Written by: Sarah Vadeboncoeur & Anita Kushwaha
What is your thyroid?
Your thyroid is a small, butterfly-shaped gland situated at the base of the front of your neck, just below your Adam’s apple.
What does your thyroid do?
The thyroid gland uses iodine from the foods you eat to make two main hormones:
- Triiodothyronine (T3)
- Thyroxine (T4)
These hormones produced by the thyroid gland — T3 and T4 — have a great impact on your health, affecting all aspects of your metabolism.
The thyroid’s hormones regulate vital body functions. For instance, they maintain the rate at which your body uses fats and carbohydrates, help control your body temperature, influence your heart rate, and help regulate the production of proteins.
If your thyroid isn’t functioning optimally, it may affect:
- Heart rate
- Nervous system
- Body weight and metabolism
- Muscle strength
- Menstrual cycles
- Body temperature
- Cholesterol levels
What is hypothyroidism?
Hypothyroidism (i.e. underactive thyroid) is a condition in which your thyroid gland doesn’t produce enough of the above mentioned hormones. When this occurs, bodily functions slow down.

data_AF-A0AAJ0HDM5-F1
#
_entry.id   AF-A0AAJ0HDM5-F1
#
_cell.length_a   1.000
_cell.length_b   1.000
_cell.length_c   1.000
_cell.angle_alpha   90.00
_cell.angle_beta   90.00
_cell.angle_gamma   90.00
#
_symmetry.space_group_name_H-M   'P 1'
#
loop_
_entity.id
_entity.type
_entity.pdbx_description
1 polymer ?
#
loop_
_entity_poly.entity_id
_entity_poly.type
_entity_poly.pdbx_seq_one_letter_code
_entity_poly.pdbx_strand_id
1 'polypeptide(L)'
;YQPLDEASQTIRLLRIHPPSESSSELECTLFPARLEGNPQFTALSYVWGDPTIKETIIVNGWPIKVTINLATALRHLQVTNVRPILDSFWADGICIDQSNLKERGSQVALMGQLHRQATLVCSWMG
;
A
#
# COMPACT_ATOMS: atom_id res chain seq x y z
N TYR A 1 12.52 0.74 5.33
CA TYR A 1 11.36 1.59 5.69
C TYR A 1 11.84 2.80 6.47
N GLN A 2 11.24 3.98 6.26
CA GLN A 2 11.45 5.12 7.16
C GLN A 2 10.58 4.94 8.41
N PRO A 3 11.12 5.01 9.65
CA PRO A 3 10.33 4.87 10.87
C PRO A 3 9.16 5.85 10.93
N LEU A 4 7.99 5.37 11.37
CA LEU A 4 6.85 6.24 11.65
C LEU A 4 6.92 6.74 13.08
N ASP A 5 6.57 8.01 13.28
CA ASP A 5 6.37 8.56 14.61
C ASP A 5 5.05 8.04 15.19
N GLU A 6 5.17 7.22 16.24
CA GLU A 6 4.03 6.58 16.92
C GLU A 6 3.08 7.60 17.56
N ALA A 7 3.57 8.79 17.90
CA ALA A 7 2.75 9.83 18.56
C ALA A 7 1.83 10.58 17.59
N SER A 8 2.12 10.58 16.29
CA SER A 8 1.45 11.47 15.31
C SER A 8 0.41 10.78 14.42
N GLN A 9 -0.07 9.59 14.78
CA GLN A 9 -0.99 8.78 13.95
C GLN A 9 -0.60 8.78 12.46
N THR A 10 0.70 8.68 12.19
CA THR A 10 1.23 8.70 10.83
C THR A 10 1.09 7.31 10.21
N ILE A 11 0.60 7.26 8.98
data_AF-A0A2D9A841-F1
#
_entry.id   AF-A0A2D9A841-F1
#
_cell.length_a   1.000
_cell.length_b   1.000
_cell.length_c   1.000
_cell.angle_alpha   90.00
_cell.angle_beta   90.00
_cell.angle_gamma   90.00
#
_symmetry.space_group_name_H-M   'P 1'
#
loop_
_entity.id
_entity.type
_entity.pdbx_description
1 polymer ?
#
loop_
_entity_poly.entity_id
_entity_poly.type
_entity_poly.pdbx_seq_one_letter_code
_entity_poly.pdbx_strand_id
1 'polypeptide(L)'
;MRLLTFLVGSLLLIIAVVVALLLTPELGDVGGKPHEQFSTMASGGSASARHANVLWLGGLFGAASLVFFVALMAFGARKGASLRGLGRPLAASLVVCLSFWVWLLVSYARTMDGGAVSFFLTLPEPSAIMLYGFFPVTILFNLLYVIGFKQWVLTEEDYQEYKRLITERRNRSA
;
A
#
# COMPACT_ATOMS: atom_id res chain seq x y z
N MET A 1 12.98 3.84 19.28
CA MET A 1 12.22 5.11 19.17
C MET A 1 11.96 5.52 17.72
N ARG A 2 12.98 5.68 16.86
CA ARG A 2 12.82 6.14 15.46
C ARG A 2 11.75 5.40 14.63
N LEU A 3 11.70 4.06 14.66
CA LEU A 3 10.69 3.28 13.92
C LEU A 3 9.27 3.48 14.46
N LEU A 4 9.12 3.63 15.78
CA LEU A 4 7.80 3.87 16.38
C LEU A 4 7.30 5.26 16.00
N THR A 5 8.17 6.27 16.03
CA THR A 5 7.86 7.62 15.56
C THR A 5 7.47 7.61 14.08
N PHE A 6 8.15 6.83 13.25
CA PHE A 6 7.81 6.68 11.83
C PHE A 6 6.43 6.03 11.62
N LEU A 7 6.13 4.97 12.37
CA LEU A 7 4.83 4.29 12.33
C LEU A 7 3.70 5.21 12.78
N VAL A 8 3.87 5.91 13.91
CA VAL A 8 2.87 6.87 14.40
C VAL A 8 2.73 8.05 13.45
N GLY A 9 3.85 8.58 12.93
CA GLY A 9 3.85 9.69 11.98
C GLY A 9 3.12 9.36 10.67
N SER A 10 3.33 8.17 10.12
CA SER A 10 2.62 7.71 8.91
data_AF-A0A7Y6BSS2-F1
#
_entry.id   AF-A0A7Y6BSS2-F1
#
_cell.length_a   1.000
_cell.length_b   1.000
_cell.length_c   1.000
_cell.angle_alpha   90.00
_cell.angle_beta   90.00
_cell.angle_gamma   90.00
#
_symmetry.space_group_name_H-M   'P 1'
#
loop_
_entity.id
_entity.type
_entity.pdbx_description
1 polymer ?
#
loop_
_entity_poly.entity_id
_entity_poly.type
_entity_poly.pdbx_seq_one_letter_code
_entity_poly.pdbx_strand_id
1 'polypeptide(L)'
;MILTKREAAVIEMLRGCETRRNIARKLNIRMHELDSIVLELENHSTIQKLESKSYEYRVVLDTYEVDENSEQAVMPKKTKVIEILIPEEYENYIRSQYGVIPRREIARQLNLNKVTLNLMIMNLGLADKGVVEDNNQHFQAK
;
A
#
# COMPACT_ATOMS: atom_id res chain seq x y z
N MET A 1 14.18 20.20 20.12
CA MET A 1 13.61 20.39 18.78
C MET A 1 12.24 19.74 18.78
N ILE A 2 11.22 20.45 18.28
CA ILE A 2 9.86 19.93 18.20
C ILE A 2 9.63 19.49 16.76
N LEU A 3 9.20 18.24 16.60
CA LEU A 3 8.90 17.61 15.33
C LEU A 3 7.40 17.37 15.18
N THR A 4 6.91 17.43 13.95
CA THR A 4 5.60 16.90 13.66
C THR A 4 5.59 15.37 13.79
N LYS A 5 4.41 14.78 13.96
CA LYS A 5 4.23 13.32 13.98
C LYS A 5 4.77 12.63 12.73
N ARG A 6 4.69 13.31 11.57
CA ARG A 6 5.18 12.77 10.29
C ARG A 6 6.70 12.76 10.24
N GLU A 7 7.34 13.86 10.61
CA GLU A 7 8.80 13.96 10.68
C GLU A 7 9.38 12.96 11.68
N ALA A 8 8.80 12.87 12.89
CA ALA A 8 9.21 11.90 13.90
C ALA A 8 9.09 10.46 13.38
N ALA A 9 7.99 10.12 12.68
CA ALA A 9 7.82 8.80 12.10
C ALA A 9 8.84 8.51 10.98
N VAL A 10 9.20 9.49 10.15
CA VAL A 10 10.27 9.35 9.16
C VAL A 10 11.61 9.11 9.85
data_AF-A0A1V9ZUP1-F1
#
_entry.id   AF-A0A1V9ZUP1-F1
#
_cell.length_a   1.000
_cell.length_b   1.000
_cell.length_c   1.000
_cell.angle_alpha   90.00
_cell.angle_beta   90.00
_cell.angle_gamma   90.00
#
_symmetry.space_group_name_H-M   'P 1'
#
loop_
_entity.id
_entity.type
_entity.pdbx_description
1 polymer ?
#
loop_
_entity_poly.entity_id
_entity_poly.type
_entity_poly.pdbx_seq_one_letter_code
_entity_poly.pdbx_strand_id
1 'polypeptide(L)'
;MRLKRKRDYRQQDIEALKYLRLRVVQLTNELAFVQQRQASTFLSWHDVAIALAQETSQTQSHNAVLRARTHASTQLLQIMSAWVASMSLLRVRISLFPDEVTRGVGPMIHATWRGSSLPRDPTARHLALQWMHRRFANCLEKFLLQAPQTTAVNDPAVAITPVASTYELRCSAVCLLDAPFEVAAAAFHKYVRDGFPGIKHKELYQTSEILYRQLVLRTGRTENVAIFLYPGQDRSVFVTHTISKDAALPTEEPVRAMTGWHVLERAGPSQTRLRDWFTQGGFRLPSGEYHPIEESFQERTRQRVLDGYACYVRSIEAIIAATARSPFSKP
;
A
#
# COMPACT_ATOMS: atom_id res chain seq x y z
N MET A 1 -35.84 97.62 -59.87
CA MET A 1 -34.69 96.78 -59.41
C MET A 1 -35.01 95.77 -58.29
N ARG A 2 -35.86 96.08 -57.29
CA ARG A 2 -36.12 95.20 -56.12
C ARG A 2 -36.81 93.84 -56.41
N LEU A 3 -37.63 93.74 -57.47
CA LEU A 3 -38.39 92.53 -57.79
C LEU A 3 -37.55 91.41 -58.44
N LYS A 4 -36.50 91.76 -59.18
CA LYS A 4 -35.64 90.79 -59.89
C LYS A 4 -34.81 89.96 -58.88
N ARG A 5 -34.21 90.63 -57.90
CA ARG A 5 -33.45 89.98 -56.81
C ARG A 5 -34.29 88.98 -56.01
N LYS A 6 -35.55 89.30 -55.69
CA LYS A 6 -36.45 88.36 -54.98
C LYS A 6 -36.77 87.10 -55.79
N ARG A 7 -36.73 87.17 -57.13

Hypothyroidism may either be genetic or develop in the course of life. There can be many different causes for an underactive thyroid. For example, one reason might be a lack of iodine. Getting enough iodine through your diet is therefore important for normal thyroid function. Similarly, a condition called Hashimoto’s thyroiditis – an auto-immune condition that causes chronic inflammation of the thyroid – can also lead to underactivity.
What are the symptoms of hypothyroidism?
Hypothyroidism symptoms may include:
- Fatigue, tiredness
- Slowed heart rate and metabolism
- Weight gain
- Muscle weakness, aches, tenderness and stiffness
- Constipation, digestive upset
- Elevated blood cholesterol level
- Heavy or irregular menstruation
- Cold sensitivity
- Hair loss or dry/brittle hair
- Dry skin
- Joint pain, stiffness or swelling
- Impaired memory and concentration
- Loss of sexual desire
Concerned about your thyroid function? Contact Dr. Sarah to inquire about getting your thyroid levels tested.
- Mayo Clinic: http://www.mayoclinic.org/diseases-conditions/hypothyroidism/home/ovc-20155291
- PubMed Health: https://www.ncbi.nlm.nih.gov/pubmedhealth/PMH0072572/
- EndocrineWeb: https://www.endocrineweb.com/conditions/thyroid/hypothyroidism-too-little-thyroid-hormone